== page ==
Use this URL to cite or link to this record in EThOS:
Title: A study of filament, thorax and other genes of peculiar interest in Drosophila
Author: Prabhu, S. S.
Awarding Body: University of Edinburgh
Current Institution: University of Edinburgh
Date of Award: 1939
Availability of Full Text:
Access from EThOS:
Full text unavailable from EThOS. Please try the link below.
Access from Institution:
I. "Filament" : a mutant in Drosophila. (1). Filament forms the first dominant eggs mutation to be reported in Drosophila. As yet, no satisfact - ory means of determinigg its genotype from the study of the external morphology of the fly has been dis - covered. Like many known dominant mutations, it is lethal when homozygous. When present in the hetero zygous condition, it lowers the total fecundity of the females and the size of the eggs they produce. Its main visible effect however, is on the two filaments - causing a variable amount of their fusion and reduction in size. Hatchability tests show that aging of the females lessens the viability of the eggs produced - the older the females the less viable are their eggs. When the effect of age is practically nil, namely, during the first 3 or 4 days of laying, the viability of the Filament eggs is conditioned by the structure of the eggs. The more extreme the departure of the egg structure from the normal, the lest viable the eggs become. Viability of the eggs with no filaments is zero. (2). A comparison of the hatchability percentages with the fertility (no. of adult flies obtained) percentages as also the larger number of adult flies obtained when Filament female was fertilised by wild type male than when it is fertilised by Filament male, suggest that possibly Filament is lethal when homozygous; 51 and that the lethal effect acts probably during the larval or pupal stages. (3). The shape of the egg is not necessarily determined by the genetic possibilities of the embryo. filament flies have been obtained from apparently .normal Filament eggs. The gene for Filament is on the second ¡ chromosome. (4). A study of the fecundity and ovarian rhythm in the normal and Filament indicates the presence of a rhythm (periods of high laying with periods of little or no laying) in both; but fewer number of eggs per wave are developed in Filament. The curve for the average number of eggs produced per batch with successive waves is one of first rapid increase followed by a gradual decrease, the usual curve for egg -production. The curve for the average time taken to lay these eggs in terns of 12 -hr units with successive waves, follows on the contrary, a linear trend. These results substantiate s the assumption made by Donald and Lamy (1937) that egg -production is due to the inter -action of, two factors - one determining the number of egg- primordia formed at the apices of the egg - strings, the other, influencing the rate at which these priinordi a develop into eggs ready for fertilisation and laying. The different nature of the two curves show these factors to be independent. (5). The presence of the ovarian rhythm, lower number o eggs produced per wave and the longer time taken to lay them, point to the conclusion that the effect of Filament on egg- production, is one of lowering the normal activity of the ovary; in other words, reducing the efficiency of the mechanism of egg -production and laying. As this mechanism, as already shown, is dependent on two factors, say factor A (determing the number of eggs produced per wave) and factor B (deter mining the rate of development into ripe eggs), a cor responding repercussion in their normal rate of activity is also expected. Thus there will be a reduction in the rate of activity of the two factors. fieduction in factor A activity will lead to the production of lower number of eggs per wave; reduction in facto B activity will lead to the lowering of the rate of laying- lengthening the total period taken for laying. This has been shown to be exactly the case in Filamen. (6). The study of Filament has established at least 2 processes that went to evolve the number of filaments in insects, esp., Drosophiladae. One is "total fus and the other is "reduction" of the filaments. II. Thorax - a mutant in Drosophila pseudo-obscura. A full morphological description of a new autosomal gene in Drosophila pseudo - obscura - thorax (th) - that partly overlaps wild type and affects the thorax and its appendages, along with its linkage data is given. It is found to be situated on the third chromosome, 22.4 units to the right of orange (or). III. Sterility mutations in Drosophila melanogaster. In an attempt to test Berg's hypothesis namely that there are "much more numerous sterility mutations in the X- chromosome than in the secon 1chromosome and possibly more than in all the autosomes taken together ", experiments were deviced to find out the frequency of the male "specific" (producing sterility of the males only, leaving females fertile) and female "specific" (producing sterility in the females only while leaving the males fertile) dominant sterility mutations produced in the autosomes, as these were not considered by Berg. Our results show that such dominant sterility mutations are either very rare or do not occur. Berg's original conclusion therefore, holds good. Localisation of ;S, of the X-steriles show 5 to be located between the garnet and forked region, which lends support to Berg's suggestion that there are found in the X-chromosome, greater number of genes per unit of length of the active region, affecting sex and is in agreement with the unpublish ed data of Berg dealing with the location of 17 X- steriles.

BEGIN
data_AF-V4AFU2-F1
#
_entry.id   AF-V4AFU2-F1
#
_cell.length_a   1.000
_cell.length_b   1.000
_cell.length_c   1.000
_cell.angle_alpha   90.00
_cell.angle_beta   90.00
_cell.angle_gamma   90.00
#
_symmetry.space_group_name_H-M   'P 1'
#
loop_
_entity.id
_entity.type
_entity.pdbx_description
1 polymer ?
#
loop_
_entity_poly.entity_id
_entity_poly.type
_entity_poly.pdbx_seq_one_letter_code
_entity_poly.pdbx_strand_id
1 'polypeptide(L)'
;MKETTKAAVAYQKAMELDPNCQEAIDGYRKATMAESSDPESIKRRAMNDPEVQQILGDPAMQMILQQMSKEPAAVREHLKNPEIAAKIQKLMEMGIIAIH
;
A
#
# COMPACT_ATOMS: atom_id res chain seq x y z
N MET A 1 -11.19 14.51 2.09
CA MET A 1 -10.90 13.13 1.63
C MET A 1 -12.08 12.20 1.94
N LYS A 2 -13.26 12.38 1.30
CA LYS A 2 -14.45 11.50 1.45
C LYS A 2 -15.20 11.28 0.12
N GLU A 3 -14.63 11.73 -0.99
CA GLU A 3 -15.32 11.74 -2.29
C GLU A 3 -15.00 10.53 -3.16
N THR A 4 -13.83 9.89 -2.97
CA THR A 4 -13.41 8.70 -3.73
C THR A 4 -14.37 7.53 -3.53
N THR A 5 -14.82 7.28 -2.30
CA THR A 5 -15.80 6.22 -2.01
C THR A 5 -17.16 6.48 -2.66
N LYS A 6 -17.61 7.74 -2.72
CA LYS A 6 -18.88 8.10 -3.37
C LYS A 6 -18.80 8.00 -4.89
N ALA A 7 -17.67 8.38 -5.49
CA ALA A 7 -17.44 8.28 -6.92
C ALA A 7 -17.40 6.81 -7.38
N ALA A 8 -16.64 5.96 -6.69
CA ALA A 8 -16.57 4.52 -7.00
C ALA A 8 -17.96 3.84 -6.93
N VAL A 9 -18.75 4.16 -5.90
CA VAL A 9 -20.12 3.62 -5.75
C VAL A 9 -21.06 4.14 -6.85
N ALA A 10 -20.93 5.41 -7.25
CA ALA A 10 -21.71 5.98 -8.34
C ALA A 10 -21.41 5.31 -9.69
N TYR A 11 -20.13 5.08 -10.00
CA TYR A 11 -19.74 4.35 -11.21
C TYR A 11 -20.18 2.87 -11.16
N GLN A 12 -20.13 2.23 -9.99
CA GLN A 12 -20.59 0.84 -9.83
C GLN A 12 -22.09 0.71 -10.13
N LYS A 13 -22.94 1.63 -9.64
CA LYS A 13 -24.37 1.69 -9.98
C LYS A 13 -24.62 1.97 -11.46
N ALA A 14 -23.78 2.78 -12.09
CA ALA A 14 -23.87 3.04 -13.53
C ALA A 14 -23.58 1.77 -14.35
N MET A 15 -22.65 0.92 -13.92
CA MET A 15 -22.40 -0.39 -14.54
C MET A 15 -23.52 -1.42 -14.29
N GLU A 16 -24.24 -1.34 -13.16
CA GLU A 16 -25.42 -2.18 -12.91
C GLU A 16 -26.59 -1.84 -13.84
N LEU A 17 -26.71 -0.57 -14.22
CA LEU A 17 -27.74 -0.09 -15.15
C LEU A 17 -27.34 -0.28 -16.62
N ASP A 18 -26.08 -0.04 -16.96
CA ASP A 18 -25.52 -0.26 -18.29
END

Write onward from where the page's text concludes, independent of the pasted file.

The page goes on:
Supervisor: Not available Sponsor: Not available
Qualification Name: Thesis (Ph.D.) Qualification Level: Doctoral
EThOS ID:  DOI: Not available